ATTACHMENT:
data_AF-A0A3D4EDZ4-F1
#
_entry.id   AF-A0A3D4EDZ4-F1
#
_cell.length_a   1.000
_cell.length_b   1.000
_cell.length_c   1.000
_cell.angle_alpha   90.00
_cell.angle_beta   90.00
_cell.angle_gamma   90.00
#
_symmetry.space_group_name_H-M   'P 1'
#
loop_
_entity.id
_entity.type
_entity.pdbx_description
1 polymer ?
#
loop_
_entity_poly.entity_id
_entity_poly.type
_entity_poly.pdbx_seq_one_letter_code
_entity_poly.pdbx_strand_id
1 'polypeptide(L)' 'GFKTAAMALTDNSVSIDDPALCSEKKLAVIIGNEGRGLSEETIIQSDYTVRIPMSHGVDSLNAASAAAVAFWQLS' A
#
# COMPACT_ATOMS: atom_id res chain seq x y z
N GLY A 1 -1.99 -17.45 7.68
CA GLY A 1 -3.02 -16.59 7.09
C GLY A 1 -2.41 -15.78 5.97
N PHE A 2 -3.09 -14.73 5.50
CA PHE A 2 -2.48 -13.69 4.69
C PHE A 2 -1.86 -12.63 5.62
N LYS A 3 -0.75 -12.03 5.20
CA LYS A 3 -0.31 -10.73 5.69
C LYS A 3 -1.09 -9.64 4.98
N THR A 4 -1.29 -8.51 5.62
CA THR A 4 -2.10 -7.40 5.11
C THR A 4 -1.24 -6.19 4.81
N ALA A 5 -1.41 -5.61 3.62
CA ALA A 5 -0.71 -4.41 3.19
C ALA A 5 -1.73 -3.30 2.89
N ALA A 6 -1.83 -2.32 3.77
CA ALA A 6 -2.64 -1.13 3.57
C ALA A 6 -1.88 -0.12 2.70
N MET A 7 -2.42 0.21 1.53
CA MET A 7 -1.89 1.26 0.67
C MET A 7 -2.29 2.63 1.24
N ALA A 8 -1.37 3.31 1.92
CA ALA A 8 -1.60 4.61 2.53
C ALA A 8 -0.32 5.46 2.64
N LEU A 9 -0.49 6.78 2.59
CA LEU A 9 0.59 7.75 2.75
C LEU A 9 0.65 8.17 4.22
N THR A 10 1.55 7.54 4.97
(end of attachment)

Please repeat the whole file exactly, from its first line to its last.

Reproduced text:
data_AF-A0A3D4EDZ4-F1
#
_entry.id   AF-A0A3D4EDZ4-F1
#
_cell.length_a   1.000
_cell.length_b   1.000
_cell.length_c   1.000
_cell.angle_alpha   90.00
_cell.angle_beta   90.00
_cell.angle_gamma   90.00
#
_symmetry.space_group_name_H-M   'P 1'
#
loop_
_entity.id
_entity.type
_entity.pdbx_description
1 polymer ?
#
loop_
_entity_poly.entity_id
_entity_poly.type
_entity_poly.pdbx_seq_one_letter_code
_entity_poly.pdbx_strand_id
1 'polypeptide(L)' 'GFKTAAMALTDNSVSIDDPALCSEKKLAVIIGNEGRGLSEETIIQSDYTVRIPMSHGVDSLNAASAAAVAFWQLS' A
#
# COMPACT_ATOMS: atom_id res chain seq x y z
N GLY A 1 -1.99 -17.45 7.68
CA GLY A 1 -3.02 -16.59 7.09
C GLY A 1 -2.41 -15.78 5.97
N PHE A 2 -3.09 -14.73 5.50
CA PHE A 2 -2.48 -13.69 4.69
C PHE A 2 -1.86 -12.63 5.62
N LYS A 3 -0.75 -12.03 5.20
CA LYS A 3 -0.31 -10.73 5.69
C LYS A 3 -1.09 -9.64 4.98
N THR A 4 -1.29 -8.51 5.62
CA THR A 4 -2.10 -7.40 5.11
C THR A 4 -1.24 -6.19 4.81
N ALA A 5 -1.41 -5.61 3.62
CA ALA A 5 -0.71 -4.41 3.19
C ALA A 5 -1.73 -3.30 2.89
N ALA A 6 -1.83 -2.32 3.77
CA ALA A 6 -2.64 -1.13 3.57
C ALA A 6 -1.88 -0.12 2.70
N MET A 7 -2.42 0.21 1.53
CA MET A 7 -1.89 1.26 0.67
C MET A 7 -2.29 2.63 1.24
N ALA A 8 -1.37 3.31 1.92
CA ALA A 8 -1.60 4.61 2.53
C ALA A 8 -0.32 5.46 2.64
N LEU A 9 -0.49 6.78 2.59
CA LEU A 9 0.59 7.75 2.75
C LEU A 9 0.65 8.17 4.22
N THR A 10 1.55 7.54 4.97